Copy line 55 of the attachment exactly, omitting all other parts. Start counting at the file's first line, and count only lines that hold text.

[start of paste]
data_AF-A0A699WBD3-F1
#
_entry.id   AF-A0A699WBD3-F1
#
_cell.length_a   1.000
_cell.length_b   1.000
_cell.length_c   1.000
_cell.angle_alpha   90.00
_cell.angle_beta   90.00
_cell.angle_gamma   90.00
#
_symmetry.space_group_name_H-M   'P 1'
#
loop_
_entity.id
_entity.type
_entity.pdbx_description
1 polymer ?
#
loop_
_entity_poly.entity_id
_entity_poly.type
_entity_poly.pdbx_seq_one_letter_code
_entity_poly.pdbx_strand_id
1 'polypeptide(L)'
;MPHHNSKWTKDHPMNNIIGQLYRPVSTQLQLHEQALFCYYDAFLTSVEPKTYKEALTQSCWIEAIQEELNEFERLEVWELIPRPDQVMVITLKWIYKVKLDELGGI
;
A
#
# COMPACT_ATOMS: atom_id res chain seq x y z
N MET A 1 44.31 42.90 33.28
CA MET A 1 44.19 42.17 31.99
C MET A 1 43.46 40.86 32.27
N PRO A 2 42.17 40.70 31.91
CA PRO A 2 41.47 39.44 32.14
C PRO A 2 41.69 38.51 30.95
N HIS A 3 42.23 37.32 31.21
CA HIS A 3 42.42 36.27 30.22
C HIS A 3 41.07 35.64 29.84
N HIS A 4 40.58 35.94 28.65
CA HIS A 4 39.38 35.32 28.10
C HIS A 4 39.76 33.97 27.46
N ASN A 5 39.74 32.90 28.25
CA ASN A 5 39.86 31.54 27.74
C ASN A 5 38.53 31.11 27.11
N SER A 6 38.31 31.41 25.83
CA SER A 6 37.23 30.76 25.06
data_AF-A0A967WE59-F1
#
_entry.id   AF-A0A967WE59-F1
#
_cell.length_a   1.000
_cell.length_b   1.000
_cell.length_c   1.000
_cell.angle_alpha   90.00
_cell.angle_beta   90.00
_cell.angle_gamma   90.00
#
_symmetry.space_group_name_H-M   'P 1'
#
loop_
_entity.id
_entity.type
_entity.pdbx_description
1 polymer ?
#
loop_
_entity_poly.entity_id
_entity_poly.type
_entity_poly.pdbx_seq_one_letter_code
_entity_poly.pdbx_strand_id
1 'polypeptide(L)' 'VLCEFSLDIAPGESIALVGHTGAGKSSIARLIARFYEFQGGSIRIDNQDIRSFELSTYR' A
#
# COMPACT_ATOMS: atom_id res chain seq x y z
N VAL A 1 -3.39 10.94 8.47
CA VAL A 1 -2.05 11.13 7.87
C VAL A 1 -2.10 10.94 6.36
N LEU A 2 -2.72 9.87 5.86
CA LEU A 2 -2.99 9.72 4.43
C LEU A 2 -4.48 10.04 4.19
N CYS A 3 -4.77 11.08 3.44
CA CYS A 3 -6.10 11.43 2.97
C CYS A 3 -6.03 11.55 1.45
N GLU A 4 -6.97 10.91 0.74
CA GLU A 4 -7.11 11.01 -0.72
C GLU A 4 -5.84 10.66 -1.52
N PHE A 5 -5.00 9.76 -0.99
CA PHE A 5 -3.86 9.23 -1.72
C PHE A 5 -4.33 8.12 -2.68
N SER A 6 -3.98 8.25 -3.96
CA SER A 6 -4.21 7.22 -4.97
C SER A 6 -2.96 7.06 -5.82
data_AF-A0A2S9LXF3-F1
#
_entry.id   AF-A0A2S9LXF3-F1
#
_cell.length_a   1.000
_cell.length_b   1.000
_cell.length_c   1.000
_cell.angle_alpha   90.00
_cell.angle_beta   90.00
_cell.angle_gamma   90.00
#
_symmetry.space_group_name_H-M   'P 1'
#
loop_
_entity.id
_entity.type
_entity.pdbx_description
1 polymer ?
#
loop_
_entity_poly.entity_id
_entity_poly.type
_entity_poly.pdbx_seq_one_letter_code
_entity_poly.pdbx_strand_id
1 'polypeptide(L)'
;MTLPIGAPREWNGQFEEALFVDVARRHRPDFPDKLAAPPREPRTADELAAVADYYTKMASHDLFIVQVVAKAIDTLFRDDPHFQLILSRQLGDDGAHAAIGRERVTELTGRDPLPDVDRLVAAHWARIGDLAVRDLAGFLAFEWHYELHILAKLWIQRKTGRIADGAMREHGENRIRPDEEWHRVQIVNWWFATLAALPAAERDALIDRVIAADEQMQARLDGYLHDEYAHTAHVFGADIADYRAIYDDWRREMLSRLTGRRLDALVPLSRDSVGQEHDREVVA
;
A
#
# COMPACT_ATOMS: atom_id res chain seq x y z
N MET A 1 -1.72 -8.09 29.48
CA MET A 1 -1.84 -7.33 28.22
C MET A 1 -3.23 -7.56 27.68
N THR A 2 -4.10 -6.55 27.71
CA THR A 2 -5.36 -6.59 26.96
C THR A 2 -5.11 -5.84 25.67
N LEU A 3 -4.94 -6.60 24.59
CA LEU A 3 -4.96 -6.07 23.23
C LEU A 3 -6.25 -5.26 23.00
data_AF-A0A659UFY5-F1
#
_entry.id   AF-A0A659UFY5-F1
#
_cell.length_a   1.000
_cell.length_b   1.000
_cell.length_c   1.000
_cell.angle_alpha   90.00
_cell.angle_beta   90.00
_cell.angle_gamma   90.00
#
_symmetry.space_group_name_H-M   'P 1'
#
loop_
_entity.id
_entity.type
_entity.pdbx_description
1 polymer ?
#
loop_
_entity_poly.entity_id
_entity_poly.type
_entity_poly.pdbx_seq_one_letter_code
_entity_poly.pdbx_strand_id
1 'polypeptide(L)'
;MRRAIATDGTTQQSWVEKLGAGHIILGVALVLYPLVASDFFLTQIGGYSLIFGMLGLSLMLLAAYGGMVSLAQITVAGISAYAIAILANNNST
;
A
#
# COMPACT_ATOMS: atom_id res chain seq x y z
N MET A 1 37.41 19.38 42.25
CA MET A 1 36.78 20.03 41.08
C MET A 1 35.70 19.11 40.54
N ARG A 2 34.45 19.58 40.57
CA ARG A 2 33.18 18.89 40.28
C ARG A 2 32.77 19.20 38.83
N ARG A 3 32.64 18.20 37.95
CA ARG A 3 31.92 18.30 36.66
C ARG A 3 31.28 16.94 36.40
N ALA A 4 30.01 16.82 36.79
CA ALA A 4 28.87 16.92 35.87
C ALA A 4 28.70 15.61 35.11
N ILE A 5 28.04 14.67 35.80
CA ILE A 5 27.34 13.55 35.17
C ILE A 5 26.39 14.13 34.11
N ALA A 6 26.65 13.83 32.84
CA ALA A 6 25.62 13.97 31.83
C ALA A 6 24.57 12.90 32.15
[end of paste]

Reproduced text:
_cell.angle_alpha   90.00